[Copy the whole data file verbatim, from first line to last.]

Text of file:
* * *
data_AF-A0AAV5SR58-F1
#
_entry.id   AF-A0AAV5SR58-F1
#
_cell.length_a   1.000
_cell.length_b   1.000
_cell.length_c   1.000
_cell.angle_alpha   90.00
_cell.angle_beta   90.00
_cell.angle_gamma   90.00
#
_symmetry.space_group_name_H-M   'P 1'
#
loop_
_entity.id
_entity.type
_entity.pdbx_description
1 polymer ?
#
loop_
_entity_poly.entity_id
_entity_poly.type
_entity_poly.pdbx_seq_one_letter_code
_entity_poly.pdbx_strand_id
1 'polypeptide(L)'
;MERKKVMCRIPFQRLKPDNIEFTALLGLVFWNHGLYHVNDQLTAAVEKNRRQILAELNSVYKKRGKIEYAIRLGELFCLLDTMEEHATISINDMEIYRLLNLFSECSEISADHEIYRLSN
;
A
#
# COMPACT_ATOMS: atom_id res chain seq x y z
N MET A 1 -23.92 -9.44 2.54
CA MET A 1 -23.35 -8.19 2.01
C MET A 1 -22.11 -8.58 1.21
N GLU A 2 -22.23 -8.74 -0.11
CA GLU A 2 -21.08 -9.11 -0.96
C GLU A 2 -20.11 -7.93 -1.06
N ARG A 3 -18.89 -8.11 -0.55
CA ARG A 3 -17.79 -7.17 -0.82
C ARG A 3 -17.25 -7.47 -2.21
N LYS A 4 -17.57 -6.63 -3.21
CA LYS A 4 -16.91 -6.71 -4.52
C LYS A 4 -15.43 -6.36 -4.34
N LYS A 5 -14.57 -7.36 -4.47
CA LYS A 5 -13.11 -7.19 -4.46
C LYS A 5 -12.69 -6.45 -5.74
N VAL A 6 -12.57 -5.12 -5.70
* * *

data_AF-A0AAV5SR58-F1
#
_entry.id   AF-A0AAV5SR58-F1
#
_cell.length_a   1.000
_cell.length_b   1.000
_cell.length_c   1.000
_cell.angle_alpha   90.00
_cell.angle_beta   90.00
_cell.angle_gamma   90.00
#
_symmetry.space_group_name_H-M   'P 1'
#
loop_
_entity.id
_entity.type
_entity.pdbx_description
1 polymer ?
#
loop_
_entity_poly.entity_id
_entity_poly.type
_entity_poly.pdbx_seq_one_letter_code
_entity_poly.pdbx_strand_id
1 'polypeptide(L)'
;MERKKVMCRIPFQRLKPDNIEFTALLGLVFWNHGLYHVNDQLTAAVEKNRRQILAELNSVYKKRGKIEYAIRLGELFCLLDTMEEHATISINDMEIYRLLNLFSECSEISADHEIYRLSN
;
A
#
# COMPACT_ATOMS: atom_id res chain seq x y z
N MET A 1 -23.92 -9.44 2.54
CA MET A 1 -23.35 -8.19 2.01
C MET A 1 -22.11 -8.58 1.21
N GLU A 2 -22.23 -8.74 -0.11
CA GLU A 2 -21.08 -9.11 -0.96
C GLU A 2 -20.11 -7.93 -1.06
N ARG A 3 -18.89 -8.11 -0.55
CA ARG A 3 -17.79 -7.17 -0.82
C ARG A 3 -17.25 -7.47 -2.21
N LYS A 4 -17.57 -6.63 -3.21
CA LYS A 4 -16.91 -6.71 -4.52
C LYS A 4 -15.43 -6.36 -4.34
N LYS A 5 -14.57 -7.36 -4.47
CA LYS A 5 -13.11 -7.19 -4.46
C LYS A 5 -12.69 -6.45 -5.74
N VAL A 6 -12.57 -5.12 -5.70